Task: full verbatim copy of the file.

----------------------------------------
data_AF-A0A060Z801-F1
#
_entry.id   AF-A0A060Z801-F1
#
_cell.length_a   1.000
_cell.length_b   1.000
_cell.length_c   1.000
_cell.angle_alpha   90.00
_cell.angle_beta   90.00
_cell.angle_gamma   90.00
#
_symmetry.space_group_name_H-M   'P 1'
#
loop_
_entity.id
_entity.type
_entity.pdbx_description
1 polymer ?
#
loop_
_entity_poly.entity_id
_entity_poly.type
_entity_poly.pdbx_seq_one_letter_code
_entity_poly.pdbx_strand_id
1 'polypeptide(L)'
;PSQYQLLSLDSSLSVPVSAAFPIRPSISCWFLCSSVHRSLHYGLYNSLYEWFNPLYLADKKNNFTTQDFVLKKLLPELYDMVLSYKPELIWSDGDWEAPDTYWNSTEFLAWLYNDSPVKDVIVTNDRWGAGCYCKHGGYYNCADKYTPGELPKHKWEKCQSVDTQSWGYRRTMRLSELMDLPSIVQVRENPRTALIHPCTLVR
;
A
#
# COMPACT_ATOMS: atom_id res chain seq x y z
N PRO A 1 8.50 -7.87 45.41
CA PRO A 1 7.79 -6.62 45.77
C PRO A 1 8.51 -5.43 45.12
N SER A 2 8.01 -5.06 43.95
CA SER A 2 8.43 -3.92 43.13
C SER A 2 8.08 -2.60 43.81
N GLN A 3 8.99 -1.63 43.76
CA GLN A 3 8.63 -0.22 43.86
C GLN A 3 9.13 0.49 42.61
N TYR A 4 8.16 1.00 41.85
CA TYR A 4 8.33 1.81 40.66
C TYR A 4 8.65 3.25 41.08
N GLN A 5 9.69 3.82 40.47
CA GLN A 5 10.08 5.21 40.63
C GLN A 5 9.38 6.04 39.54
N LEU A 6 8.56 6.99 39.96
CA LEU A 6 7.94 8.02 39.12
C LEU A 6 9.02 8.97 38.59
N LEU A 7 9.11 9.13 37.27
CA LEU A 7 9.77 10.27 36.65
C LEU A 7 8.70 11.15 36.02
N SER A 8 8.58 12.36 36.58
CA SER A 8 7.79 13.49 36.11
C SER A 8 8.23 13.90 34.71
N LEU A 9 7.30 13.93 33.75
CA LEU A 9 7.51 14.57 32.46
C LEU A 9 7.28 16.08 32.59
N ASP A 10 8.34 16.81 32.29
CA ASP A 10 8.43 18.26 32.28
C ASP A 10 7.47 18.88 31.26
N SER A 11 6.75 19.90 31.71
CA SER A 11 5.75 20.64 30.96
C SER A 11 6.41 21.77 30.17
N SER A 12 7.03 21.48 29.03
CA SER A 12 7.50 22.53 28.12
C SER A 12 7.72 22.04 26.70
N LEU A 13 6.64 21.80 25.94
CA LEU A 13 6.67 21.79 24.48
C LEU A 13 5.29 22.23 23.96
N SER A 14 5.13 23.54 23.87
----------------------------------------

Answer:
data_AF-A0A060Z801-F1
#
_entry.id   AF-A0A060Z801-F1
#
_cell.length_a   1.000
_cell.length_b   1.000
_cell.length_c   1.000
_cell.angle_alpha   90.00
_cell.angle_beta   90.00
_cell.angle_gamma   90.00
#
_symmetry.space_group_name_H-M   'P 1'
#
loop_
_entity.id
_entity.type
_entity.pdbx_description
1 polymer ?
#
loop_
_entity_poly.entity_id
_entity_poly.type
_entity_poly.pdbx_seq_one_letter_code
_entity_poly.pdbx_strand_id
1 'polypeptide(L)'
;PSQYQLLSLDSSLSVPVSAAFPIRPSISCWFLCSSVHRSLHYGLYNSLYEWFNPLYLADKKNNFTTQDFVLKKLLPELYDMVLSYKPELIWSDGDWEAPDTYWNSTEFLAWLYNDSPVKDVIVTNDRWGAGCYCKHGGYYNCADKYTPGELPKHKWEKCQSVDTQSWGYRRTMRLSELMDLPSIVQVRENPRTALIHPCTLVR
;
A
#
# COMPACT_ATOMS: atom_id res chain seq x y z
N PRO A 1 8.50 -7.87 45.41
CA PRO A 1 7.79 -6.62 45.77
C PRO A 1 8.51 -5.43 45.12
N SER A 2 8.01 -5.06 43.95
CA SER A 2 8.43 -3.92 43.13
C SER A 2 8.08 -2.60 43.81
N GLN A 3 8.99 -1.63 43.76
CA GLN A 3 8.63 -0.22 43.86
C GLN A 3 9.13 0.49 42.61
N TYR A 4 8.16 1.00 41.85
CA TYR A 4 8.33 1.81 40.66
C TYR A 4 8.65 3.25 41.08
N GLN A 5 9.69 3.82 40.47
CA GLN A 5 10.08 5.21 40.63
C GLN A 5 9.38 6.04 39.54
N LEU A 6 8.56 6.99 39.96
CA LEU A 6 7.94 8.02 39.12
C LEU A 6 9.02 8.97 38.59
N LEU A 7 9.11 9.13 37.27
CA LEU A 7 9.77 10.27 36.65
C LEU A 7 8.70 11.15 36.02
N SER A 8 8.58 12.36 36.58
CA SER A 8 7.79 13.49 36.11
C SER A 8 8.23 13.90 34.71
N LEU A 9 7.30 13.93 33.75
CA LEU A 9 7.51 14.57 32.46
C LEU A 9 7.28 16.08 32.59
N ASP A 10 8.34 16.81 32.29
CA ASP A 10 8.43 18.26 32.28
C ASP A 10 7.47 18.88 31.26
N SER A 11 6.75 19.90 31.71
CA SER A 11 5.75 20.64 30.96
C SER A 11 6.41 21.77 30.17
N SER A 12 7.03 21.48 29.03
CA SER A 12 7.50 22.53 28.12
C SER A 12 7.72 22.04 26.70
N LEU A 13 6.64 21.80 25.94
CA LEU A 13 6.67 21.79 24.48
C LEU A 13 5.29 22.23 23.96
N SER A 14 5.13 23.54 23.87